Colombia votes 'to regain dignity'

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The Independent Online
THE ELECTION of conservative challenger Andres Pastrana ended the ruling Liberal Party's 12-year lock on the Colombian presidency and is likely to improve the image of a country battered by a drug corruption scandal.

"My foreign policy will aim to restore Colombians' lost dignity, to regain the respect that our people deserve in the international community so that once again we can be proud to pronounce Colombia's name in all corners of the world," Mr Pastrana said last Sunday in his victory speech.

With 98 per cent of the vote counted in the runoff election, the 44-year- old former Bogota mayor, in his second straight bid for the highest office, had won 50.4 per cent versus 46.5 per cent for the Liberals' Horacio Serpa. Voter turnout was 54 per cent.

Mr Serpa served as interior minister under the outgoing president Ernesto Samper, who was accused of accepting campaign contributions from the Cali drug cartel. The scandal crippled Mr Samper's four-year tenure and likely doomed Mr Serpa's presidential hopes.

However, the Liberal candidate's populist rhetoric and lower middle-class upbringing helped win the favour of millions of Colombians who viewed Mr Pastrana, son of the late president Misael Pastrana, as the candidate of the rich.

Last Sunday, Mr Pastrana promised to better the lot of 18 million Colombians who live in poverty. "I'm going to be the president of the poor," he said. "I don't want any more hunger in Colombia."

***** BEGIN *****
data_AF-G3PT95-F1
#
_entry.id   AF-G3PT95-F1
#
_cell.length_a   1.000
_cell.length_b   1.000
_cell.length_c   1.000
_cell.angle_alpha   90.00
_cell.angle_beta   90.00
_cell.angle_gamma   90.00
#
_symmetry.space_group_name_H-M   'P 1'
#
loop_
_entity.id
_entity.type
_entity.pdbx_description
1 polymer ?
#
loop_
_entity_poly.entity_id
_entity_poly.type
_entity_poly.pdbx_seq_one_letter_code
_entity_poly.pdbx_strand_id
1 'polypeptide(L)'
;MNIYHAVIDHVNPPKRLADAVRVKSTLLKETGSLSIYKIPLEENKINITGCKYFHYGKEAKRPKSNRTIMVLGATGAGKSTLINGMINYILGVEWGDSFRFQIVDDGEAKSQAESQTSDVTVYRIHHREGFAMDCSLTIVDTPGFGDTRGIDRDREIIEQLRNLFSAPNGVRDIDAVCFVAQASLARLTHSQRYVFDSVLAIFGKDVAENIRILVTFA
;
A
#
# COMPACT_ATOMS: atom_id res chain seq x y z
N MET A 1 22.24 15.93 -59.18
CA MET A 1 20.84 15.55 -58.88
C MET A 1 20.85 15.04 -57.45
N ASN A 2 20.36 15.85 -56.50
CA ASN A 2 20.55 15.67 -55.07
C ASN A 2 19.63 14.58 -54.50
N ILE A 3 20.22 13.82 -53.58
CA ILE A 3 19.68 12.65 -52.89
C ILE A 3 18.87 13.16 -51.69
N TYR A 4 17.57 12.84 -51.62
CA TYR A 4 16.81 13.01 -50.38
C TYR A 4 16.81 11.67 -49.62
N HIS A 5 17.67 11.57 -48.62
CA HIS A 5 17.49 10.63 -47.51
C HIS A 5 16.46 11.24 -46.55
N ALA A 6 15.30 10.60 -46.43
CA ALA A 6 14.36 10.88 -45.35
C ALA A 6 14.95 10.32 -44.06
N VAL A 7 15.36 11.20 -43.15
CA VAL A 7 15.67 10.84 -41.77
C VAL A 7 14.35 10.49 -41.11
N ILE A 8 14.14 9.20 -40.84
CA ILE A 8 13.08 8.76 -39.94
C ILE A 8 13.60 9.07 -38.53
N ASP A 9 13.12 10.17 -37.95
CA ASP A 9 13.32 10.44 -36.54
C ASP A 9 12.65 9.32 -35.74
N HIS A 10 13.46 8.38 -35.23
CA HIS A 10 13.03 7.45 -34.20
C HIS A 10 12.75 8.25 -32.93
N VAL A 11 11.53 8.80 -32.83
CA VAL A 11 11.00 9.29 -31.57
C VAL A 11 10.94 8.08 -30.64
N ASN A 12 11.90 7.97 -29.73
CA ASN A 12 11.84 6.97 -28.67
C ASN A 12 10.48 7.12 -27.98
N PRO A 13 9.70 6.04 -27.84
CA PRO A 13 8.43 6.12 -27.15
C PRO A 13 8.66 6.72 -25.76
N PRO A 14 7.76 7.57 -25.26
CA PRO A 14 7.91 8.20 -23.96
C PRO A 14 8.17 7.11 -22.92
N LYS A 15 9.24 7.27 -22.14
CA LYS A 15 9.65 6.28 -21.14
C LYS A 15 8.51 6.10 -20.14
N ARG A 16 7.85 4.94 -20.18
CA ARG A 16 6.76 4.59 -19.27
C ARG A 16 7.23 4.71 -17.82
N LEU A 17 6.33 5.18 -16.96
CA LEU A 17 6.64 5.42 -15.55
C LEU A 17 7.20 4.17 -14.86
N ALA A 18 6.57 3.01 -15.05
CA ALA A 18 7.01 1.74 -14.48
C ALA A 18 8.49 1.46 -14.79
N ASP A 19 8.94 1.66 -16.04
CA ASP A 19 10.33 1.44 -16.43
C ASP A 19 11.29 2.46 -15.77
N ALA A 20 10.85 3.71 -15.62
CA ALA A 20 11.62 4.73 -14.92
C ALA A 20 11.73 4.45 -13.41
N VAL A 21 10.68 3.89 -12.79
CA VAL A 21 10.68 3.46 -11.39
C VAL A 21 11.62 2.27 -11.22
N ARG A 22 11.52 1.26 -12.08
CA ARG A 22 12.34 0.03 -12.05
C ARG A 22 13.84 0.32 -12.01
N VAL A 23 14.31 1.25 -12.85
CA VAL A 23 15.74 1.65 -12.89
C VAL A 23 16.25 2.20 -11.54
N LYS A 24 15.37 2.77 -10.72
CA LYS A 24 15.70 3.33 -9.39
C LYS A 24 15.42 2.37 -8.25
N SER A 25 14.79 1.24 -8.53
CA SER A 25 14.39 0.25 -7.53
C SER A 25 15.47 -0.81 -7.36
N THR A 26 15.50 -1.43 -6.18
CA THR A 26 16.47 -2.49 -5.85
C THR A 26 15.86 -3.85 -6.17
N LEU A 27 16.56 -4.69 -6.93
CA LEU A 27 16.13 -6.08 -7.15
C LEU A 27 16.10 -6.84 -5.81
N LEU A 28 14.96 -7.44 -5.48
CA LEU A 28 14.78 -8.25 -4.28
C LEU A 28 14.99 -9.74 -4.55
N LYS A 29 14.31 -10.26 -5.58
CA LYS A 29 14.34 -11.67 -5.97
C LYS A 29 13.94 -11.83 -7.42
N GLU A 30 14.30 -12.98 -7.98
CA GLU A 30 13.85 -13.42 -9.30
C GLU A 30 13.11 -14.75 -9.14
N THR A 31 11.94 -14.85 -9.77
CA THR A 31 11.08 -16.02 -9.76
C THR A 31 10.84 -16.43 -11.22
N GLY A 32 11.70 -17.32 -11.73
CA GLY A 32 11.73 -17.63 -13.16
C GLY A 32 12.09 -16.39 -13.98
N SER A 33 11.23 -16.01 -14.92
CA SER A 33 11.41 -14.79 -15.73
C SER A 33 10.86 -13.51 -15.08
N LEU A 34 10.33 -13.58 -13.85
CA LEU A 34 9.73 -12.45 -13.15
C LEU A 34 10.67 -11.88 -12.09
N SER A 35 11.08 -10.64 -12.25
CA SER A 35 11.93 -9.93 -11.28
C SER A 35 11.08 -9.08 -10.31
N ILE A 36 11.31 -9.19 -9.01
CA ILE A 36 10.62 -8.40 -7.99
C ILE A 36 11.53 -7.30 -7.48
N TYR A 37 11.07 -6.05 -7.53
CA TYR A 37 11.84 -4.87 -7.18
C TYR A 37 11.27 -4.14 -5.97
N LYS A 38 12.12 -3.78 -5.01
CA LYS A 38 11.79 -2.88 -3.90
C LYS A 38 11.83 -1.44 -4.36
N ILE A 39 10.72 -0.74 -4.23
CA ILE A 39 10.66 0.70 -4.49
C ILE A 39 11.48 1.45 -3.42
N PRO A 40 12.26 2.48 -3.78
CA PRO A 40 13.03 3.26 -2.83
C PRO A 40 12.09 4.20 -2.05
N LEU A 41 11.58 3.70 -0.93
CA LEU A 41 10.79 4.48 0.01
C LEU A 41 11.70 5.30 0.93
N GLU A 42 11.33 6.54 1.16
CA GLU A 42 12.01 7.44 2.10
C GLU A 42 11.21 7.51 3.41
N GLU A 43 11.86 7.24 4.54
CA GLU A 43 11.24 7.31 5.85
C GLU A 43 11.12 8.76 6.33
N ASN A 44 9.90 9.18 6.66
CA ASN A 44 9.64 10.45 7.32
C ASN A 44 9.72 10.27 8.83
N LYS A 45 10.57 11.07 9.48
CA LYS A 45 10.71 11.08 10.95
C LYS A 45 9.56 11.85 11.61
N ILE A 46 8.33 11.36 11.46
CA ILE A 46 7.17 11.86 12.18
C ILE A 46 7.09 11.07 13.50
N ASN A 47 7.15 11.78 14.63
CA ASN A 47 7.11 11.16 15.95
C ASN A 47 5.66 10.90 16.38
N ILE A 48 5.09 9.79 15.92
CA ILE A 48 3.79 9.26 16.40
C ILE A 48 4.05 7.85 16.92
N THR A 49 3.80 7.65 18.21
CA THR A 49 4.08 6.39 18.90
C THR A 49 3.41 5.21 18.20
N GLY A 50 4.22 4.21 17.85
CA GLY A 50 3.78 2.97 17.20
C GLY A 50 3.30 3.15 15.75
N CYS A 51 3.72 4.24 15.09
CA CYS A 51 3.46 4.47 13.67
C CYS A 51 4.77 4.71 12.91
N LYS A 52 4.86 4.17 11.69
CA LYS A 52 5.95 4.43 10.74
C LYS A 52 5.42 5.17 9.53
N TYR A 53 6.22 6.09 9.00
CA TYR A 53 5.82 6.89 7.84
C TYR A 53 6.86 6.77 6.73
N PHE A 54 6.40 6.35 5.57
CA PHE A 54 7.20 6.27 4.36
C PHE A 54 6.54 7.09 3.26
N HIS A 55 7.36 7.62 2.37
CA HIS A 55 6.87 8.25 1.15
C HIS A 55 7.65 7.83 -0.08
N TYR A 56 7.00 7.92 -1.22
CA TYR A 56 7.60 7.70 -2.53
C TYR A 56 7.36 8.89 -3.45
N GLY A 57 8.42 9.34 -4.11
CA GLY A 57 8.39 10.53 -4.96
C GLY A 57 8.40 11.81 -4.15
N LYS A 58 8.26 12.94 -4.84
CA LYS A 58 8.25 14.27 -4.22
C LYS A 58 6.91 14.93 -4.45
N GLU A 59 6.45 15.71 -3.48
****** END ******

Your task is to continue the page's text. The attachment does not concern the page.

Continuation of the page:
Mr Pastrana inherits a nation mired in political and economic crises. Leftist rebels took advantage of Mr Samper's weak government to expand their influence and now control 40 per cent of the countryside. Right- wing death squads killed scores of people, and unemployment climbed.

Mr Pastrana promised to make peace his top priority and meet personally with guerrilla leaders.

Compared with previous elections, Sunday's balloting took place in relative peace. Guerrillas attacked two helicopters and ambushed a police truck in two incidents, killing two police officers and wounding six, officials said. Since Friday, guerrillas have kidnapped at least 11 election officials and burned 37 vehicles nationwide.

United States officials had refrained from supporting either of the two candidates. But privately, they acknowledged that a Pastrana victory would be better for US-Colombia relations.

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